The Writers Guild of America may find out very soon that even if its members "won," they also lost. And even viewers who have managed to get through the writers strike with a minimum of entertainment interruptus will likely feel the fallout as well.
Why? Because change is coming. And for the next year, it probably won't be good for writers or viewers.
Even with Writers Guild of America members starting to return to work today the landscape for both this season and next is irrevocably altered. Sources within the industry say there's no rule book on how networks will get back to business - nothing that can be predicted accurately because studios and networks will make decisions independent of each other and strategies for series will vary.
But here's what's likely:
-- Several writers will probably get pink slips. That's because certain series - and not only those that premiered this season - are going to be canceled. The cost of firing back up the machine to crank out shows that are in the middle of the ratings pack - or worse - could be prohibitive to networks. Momentum has been lost. Viewers have forgotten plenty of middling (particularly freshmen) series. The idea of relaunching them seems daunting, not to mention expensive.
-- Some of those slots will be lost to reality programming that's already in the pipeline.
-- There seems to be resistance among most networks to extend the season beyond its traditional end in May. If that doesn't change, look for virtually all shows to have a truncated season - shorter episodes, unfinished story lines.
-- Although the math at each network differs, the numbers most mentioned are "four to six weeks" to get anything on the air, which means late March - but some are saying April. That would significantly cut down the season totals of most series.
-- And already writers are looking at a bleaker picture for next season, with the networks deciding that the development season (which typically begins with scripts being submitted in the fall and then shot as pilots in the winter and spring after a winnowing process) has been damaged during the strike and the only way to survive is to cut back on orders. So instead of having, say, each network develop 20 series - choosing the best of the bunch for next season's schedule - the number could be half that (or even less). Any equation you look at ends with reduced work, lost opportunities.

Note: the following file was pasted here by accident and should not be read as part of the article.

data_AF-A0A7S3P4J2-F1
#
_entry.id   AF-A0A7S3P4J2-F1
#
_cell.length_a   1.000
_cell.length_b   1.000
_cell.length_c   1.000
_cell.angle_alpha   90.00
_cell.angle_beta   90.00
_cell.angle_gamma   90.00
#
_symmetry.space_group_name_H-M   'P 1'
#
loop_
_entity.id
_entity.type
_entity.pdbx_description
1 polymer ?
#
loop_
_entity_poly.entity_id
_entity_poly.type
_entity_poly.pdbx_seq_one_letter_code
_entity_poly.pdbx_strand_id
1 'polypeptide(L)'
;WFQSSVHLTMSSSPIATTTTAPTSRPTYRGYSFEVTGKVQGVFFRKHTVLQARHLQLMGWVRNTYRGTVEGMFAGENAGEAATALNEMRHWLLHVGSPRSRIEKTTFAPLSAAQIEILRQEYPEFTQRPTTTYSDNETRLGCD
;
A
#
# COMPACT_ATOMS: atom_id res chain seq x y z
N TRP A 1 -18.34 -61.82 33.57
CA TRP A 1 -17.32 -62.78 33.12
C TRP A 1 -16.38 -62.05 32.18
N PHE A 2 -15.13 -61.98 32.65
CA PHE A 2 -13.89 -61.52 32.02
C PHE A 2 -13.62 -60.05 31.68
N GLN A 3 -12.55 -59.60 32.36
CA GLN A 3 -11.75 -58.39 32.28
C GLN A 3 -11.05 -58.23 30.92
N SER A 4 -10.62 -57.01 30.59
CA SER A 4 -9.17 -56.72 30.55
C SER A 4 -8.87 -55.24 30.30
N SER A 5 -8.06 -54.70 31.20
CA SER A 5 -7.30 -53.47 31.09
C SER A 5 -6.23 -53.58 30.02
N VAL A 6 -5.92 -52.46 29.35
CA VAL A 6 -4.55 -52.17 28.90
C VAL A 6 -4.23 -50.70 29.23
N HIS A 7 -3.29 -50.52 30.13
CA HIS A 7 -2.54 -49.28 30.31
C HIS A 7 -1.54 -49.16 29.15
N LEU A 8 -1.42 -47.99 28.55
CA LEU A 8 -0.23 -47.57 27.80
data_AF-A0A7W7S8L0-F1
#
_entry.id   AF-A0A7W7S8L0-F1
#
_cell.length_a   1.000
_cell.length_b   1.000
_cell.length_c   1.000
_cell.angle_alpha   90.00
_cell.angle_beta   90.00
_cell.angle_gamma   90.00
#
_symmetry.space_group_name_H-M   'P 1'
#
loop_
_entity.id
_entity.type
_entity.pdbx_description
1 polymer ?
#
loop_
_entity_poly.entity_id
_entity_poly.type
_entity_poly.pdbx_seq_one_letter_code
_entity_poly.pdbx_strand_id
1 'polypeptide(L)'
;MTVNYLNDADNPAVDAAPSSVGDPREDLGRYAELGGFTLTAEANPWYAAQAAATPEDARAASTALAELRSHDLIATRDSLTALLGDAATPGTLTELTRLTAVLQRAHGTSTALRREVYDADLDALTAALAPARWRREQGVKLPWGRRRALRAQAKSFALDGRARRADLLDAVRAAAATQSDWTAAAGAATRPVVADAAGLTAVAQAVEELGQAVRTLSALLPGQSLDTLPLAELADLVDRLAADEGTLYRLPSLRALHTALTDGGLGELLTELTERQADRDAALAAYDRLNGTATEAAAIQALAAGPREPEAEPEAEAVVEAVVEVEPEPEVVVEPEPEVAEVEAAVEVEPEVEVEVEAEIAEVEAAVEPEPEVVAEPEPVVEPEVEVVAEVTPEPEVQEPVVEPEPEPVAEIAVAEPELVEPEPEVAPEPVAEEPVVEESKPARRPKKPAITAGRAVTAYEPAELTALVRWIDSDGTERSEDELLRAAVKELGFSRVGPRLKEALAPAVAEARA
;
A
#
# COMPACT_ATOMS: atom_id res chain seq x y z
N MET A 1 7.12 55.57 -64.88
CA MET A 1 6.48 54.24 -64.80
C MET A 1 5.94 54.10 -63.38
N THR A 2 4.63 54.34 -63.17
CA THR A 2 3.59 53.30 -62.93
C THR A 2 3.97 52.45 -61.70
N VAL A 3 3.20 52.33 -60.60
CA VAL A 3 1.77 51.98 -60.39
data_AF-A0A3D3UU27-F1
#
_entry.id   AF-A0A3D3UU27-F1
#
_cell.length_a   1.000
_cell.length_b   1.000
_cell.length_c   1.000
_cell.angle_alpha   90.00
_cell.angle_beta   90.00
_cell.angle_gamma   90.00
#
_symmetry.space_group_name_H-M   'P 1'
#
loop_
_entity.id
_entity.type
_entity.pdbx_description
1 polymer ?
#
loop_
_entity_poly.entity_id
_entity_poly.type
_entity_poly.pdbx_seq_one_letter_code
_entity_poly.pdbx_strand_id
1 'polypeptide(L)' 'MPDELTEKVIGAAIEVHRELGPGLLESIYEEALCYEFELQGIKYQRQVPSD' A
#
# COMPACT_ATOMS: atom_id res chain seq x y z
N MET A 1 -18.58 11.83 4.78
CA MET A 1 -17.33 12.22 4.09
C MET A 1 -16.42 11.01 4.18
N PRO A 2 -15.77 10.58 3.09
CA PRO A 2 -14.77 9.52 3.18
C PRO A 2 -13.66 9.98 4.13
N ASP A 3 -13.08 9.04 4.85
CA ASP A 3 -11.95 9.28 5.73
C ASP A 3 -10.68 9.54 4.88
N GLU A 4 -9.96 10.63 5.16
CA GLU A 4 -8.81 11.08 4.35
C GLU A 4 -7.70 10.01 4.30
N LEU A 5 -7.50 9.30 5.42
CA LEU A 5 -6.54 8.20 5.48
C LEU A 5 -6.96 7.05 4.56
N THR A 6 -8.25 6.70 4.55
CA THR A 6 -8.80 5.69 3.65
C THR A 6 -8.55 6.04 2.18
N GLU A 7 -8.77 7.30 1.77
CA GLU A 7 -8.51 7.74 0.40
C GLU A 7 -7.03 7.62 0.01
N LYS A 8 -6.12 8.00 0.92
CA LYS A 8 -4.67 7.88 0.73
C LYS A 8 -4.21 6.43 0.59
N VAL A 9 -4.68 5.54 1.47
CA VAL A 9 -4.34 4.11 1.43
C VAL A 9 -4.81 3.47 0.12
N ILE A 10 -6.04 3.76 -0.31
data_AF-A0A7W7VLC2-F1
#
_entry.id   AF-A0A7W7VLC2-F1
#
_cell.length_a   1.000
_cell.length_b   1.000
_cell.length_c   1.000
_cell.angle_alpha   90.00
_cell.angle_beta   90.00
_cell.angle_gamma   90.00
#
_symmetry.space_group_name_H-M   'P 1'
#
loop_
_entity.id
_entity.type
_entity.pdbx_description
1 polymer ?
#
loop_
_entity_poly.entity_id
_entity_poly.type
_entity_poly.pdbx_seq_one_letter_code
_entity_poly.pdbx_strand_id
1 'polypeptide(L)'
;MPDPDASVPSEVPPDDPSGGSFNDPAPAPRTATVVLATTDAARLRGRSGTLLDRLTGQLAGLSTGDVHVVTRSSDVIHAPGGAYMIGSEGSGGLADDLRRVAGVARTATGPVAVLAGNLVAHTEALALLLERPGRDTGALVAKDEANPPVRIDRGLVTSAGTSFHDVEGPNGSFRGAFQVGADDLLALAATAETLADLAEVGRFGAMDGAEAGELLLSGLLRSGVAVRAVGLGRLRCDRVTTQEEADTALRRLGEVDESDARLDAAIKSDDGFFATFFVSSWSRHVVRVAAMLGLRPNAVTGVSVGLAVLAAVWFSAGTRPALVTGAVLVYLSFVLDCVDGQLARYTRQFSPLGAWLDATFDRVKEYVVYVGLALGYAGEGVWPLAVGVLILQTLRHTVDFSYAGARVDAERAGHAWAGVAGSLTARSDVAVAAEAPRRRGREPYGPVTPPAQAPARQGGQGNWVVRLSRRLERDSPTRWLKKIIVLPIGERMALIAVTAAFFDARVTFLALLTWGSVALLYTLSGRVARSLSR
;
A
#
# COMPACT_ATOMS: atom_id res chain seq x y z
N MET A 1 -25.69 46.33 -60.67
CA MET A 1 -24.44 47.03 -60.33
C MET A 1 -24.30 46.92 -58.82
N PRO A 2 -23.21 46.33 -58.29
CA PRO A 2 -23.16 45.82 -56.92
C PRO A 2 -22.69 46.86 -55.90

-- For viewers - who, by the way, barely have any working knowledge of the way the industry runs and so may be alarmed by the fallout - the immediate impact is a drastically reduced season. That may not hurt closed-ended series quite so much - procedurals such as "CSI" and "Law & Order" that tell a story in one hour and then end. But serialized dramas are going to cause a lot of confusion. How about no season of "24"? That scenario is on the table. The action-packed Fox thriller could be shelved until fall at the earliest, or even held until its normal slot - January (of 2009).
-- What's to become of "Lost," which has eight episodes in the can? That arc, according to the show's producers, has a beginning and end. Will ABC try to get four or six more episodes out of the writers - and will those episodes also follow a clean arc or leave viewers hanging until January 2009 as well? That's the kind of gamble networks haven't properly sussed out.
-- In all likelihood, series that were doing well before the strike started in November - such as "Pushing Daisies" on ABC - will be spared the ax. What's not clear is the network thinking for each of these series. Even if, for example, ABC decides to hang onto "Pushing Daisies," that doesn't automatically mean it will ramp up for more episodes this season. Some series will undoubtedly be put on hiatus until next fall - even if they are safe. Others may be allowed to crank out as many episodes as they can before the end of May. But even then, some of those series will have to be auditioning for their lives. If the audience doesn't come back, adios. It may not be fair, but it's life in the strike-shortened 2007-08 season.
-- The best any fan can expect from their favorite series is four to six new episodes. Anything more is gravy. Series able to produce as many as eight episodes from scratch will be considered miracle workers.